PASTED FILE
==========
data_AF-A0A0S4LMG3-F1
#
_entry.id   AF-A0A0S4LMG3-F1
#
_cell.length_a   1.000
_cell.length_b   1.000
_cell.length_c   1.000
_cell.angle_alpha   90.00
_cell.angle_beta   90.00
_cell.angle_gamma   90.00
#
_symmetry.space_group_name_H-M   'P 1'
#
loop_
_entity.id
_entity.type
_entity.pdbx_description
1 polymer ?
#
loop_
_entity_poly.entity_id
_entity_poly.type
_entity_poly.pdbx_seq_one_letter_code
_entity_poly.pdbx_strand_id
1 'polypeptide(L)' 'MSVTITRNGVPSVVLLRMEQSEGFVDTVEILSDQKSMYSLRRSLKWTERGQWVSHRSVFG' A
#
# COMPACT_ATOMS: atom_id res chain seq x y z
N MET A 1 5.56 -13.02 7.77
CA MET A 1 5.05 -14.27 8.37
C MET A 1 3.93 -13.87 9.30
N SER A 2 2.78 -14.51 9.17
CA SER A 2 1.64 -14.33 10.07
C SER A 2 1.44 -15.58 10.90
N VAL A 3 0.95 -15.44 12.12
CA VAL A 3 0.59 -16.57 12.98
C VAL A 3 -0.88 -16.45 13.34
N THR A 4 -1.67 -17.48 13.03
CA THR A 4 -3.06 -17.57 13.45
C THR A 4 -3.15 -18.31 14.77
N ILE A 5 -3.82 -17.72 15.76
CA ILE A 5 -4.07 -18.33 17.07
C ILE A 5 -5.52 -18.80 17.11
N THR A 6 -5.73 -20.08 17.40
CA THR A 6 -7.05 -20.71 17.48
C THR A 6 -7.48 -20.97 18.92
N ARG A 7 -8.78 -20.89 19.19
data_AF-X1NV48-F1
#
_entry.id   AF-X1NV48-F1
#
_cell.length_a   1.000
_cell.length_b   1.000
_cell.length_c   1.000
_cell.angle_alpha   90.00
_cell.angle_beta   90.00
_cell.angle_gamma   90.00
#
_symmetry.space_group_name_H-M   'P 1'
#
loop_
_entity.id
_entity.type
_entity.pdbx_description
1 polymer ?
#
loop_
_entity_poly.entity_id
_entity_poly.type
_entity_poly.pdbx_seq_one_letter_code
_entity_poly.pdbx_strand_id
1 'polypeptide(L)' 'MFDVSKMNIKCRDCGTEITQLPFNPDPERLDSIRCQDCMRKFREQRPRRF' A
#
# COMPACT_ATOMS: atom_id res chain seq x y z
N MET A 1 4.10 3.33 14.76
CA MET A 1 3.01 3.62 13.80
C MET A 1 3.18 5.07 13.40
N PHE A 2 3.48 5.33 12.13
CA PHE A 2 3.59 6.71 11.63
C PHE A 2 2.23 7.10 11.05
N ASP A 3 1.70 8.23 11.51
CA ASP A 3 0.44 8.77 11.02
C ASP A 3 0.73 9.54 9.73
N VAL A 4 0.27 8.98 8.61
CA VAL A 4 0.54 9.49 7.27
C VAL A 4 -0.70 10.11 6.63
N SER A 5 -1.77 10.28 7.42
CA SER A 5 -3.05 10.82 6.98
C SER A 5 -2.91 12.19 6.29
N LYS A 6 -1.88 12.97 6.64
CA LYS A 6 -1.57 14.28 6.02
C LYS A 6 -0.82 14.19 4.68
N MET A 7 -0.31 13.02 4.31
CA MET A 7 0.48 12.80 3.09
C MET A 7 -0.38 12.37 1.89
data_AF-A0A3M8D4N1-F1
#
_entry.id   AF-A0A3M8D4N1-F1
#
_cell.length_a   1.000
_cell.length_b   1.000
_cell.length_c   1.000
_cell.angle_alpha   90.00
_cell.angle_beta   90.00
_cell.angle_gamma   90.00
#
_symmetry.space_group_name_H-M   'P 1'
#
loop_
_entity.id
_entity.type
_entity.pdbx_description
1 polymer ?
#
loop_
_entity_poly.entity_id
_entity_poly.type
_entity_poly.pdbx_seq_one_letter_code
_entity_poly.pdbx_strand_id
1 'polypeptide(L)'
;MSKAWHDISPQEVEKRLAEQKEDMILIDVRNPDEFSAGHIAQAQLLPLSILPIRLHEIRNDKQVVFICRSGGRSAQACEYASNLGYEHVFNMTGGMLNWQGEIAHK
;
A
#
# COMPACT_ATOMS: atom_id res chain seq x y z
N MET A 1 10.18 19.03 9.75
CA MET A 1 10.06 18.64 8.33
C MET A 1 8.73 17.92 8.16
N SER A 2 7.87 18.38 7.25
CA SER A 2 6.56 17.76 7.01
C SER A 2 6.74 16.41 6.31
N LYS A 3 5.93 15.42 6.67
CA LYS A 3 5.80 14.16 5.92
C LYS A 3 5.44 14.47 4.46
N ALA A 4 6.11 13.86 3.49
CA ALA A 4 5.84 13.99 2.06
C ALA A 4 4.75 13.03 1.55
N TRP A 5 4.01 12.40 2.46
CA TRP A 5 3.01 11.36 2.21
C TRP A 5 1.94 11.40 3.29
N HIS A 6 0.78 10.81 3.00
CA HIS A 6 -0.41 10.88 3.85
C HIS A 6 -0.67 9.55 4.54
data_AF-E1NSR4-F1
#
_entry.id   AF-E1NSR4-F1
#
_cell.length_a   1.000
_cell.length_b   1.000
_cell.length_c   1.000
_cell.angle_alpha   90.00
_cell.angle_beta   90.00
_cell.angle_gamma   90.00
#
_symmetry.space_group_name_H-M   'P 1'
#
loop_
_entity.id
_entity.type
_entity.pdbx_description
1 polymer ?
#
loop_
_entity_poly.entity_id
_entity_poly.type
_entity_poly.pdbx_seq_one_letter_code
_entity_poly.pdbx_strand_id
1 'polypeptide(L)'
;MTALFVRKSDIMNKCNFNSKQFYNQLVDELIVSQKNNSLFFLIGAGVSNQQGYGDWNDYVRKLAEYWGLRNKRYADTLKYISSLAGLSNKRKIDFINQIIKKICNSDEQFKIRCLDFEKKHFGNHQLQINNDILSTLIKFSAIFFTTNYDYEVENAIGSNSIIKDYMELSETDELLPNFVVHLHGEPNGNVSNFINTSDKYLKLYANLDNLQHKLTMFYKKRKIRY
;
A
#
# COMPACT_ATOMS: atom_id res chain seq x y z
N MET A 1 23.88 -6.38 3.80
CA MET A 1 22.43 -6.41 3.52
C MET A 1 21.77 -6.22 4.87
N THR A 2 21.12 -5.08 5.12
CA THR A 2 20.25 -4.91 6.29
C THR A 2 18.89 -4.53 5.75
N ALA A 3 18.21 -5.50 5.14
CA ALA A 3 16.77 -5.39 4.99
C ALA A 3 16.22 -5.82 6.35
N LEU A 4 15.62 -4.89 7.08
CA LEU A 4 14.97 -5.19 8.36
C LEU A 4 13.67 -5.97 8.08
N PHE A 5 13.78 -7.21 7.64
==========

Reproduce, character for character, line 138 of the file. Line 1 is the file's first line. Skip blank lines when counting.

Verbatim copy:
CA TRP A 5 3.01 11.36 2.21